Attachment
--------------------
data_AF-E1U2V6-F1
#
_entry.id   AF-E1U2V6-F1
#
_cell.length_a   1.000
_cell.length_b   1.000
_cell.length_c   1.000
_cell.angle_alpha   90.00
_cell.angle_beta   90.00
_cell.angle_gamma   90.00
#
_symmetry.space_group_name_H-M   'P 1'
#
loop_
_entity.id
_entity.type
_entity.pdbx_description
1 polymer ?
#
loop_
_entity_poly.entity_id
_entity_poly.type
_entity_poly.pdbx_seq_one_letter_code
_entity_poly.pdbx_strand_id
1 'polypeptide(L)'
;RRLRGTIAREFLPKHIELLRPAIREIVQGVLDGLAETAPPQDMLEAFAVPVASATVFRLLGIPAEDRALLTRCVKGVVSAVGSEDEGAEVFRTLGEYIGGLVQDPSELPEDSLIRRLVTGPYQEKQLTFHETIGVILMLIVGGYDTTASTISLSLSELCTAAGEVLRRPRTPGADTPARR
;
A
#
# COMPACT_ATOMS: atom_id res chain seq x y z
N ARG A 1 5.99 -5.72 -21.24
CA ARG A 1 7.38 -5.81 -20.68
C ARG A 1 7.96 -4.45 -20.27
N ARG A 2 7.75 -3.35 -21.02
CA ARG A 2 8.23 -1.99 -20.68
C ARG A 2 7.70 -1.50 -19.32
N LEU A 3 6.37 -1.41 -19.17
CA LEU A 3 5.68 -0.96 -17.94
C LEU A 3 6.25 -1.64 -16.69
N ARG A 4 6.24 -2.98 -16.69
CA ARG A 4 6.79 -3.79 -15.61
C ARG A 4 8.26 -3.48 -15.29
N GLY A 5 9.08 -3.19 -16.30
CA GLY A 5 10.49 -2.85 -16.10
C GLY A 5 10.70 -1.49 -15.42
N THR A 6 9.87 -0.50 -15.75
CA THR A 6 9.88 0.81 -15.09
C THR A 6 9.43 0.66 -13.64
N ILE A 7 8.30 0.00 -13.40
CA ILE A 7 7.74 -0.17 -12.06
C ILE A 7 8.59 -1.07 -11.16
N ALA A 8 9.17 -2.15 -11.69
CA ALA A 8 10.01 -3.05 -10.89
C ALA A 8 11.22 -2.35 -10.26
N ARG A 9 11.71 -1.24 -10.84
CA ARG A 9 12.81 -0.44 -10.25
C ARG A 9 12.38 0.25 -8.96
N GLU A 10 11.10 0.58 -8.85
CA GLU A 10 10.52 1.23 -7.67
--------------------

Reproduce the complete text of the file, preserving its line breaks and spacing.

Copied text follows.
data_AF-E1U2V6-F1
#
_entry.id   AF-E1U2V6-F1
#
_cell.length_a   1.000
_cell.length_b   1.000
_cell.length_c   1.000
_cell.angle_alpha   90.00
_cell.angle_beta   90.00
_cell.angle_gamma   90.00
#
_symmetry.space_group_name_H-M   'P 1'
#
loop_
_entity.id
_entity.type
_entity.pdbx_description
1 polymer ?
#
loop_
_entity_poly.entity_id
_entity_poly.type
_entity_poly.pdbx_seq_one_letter_code
_entity_poly.pdbx_strand_id
1 'polypeptide(L)'
;RRLRGTIAREFLPKHIELLRPAIREIVQGVLDGLAETAPPQDMLEAFAVPVASATVFRLLGIPAEDRALLTRCVKGVVSAVGSEDEGAEVFRTLGEYIGGLVQDPSELPEDSLIRRLVTGPYQEKQLTFHETIGVILMLIVGGYDTTASTISLSLSELCTAAGEVLRRPRTPGADTPARR
;
A
#
# COMPACT_ATOMS: atom_id res chain seq x y z
N ARG A 1 5.99 -5.72 -21.24
CA ARG A 1 7.38 -5.81 -20.68
C ARG A 1 7.96 -4.45 -20.27
N ARG A 2 7.75 -3.35 -21.02
CA ARG A 2 8.23 -1.99 -20.68
C ARG A 2 7.70 -1.50 -19.32
N LEU A 3 6.37 -1.41 -19.17
CA LEU A 3 5.68 -0.96 -17.94
C LEU A 3 6.25 -1.64 -16.69
N ARG A 4 6.24 -2.98 -16.69
CA ARG A 4 6.79 -3.79 -15.61
C ARG A 4 8.26 -3.48 -15.29
N GLY A 5 9.08 -3.19 -16.30
CA GLY A 5 10.49 -2.85 -16.10
C GLY A 5 10.70 -1.49 -15.42
N THR A 6 9.87 -0.50 -15.75
CA THR A 6 9.88 0.81 -15.09
C THR A 6 9.43 0.66 -13.64
N ILE A 7 8.30 0.00 -13.40
CA ILE A 7 7.74 -0.17 -12.06
C ILE A 7 8.59 -1.07 -11.16
N ALA A 8 9.17 -2.15 -11.69
CA ALA A 8 10.01 -3.05 -10.89
C ALA A 8 11.22 -2.35 -10.26
N ARG A 9 11.71 -1.24 -10.84
CA ARG A 9 12.81 -0.44 -10.25
C ARG A 9 12.38 0.25 -8.96
N GLU A 10 11.10 0.58 -8.85
CA GLU A 10 10.52 1.23 -7.67